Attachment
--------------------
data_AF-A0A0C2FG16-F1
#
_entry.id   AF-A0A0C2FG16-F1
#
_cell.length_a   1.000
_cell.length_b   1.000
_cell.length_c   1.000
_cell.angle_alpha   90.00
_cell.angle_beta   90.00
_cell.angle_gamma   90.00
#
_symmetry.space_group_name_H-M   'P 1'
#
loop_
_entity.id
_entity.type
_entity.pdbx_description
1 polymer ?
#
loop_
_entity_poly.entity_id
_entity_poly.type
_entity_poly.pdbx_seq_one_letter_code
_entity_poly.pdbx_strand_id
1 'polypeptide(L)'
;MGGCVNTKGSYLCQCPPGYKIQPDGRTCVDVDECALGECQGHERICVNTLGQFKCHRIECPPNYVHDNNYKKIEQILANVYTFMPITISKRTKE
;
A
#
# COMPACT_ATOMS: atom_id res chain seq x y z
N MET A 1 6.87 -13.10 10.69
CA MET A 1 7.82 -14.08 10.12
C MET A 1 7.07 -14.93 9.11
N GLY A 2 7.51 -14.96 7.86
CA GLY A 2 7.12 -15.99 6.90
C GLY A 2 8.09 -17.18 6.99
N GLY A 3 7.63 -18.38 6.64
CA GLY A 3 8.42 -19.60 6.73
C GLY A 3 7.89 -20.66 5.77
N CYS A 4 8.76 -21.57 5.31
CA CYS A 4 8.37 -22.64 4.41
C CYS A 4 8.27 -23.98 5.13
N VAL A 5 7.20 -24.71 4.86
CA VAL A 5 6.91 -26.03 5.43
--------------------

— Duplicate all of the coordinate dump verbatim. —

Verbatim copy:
data_AF-A0A0C2FG16-F1
#
_entry.id   AF-A0A0C2FG16-F1
#
_cell.length_a   1.000
_cell.length_b   1.000
_cell.length_c   1.000
_cell.angle_alpha   90.00
_cell.angle_beta   90.00
_cell.angle_gamma   90.00
#
_symmetry.space_group_name_H-M   'P 1'
#
loop_
_entity.id
_entity.type
_entity.pdbx_description
1 polymer ?
#
loop_
_entity_poly.entity_id
_entity_poly.type
_entity_poly.pdbx_seq_one_letter_code
_entity_poly.pdbx_strand_id
1 'polypeptide(L)'
;MGGCVNTKGSYLCQCPPGYKIQPDGRTCVDVDECALGECQGHERICVNTLGQFKCHRIECPPNYVHDNNYKKIEQILANVYTFMPITISKRTKE
;
A
#
# COMPACT_ATOMS: atom_id res chain seq x y z
N MET A 1 6.87 -13.10 10.69
CA MET A 1 7.82 -14.08 10.12
C MET A 1 7.07 -14.93 9.11
N GLY A 2 7.51 -14.96 7.86
CA GLY A 2 7.12 -15.99 6.90
C GLY A 2 8.09 -17.18 6.99
N GLY A 3 7.63 -18.38 6.64
CA GLY A 3 8.42 -19.60 6.73
C GLY A 3 7.89 -20.66 5.77
N CYS A 4 8.76 -21.57 5.31
CA CYS A 4 8.37 -22.64 4.41
C CYS A 4 8.27 -23.98 5.13
N VAL A 5 7.20 -24.71 4.86
CA VAL A 5 6.91 -26.03 5.43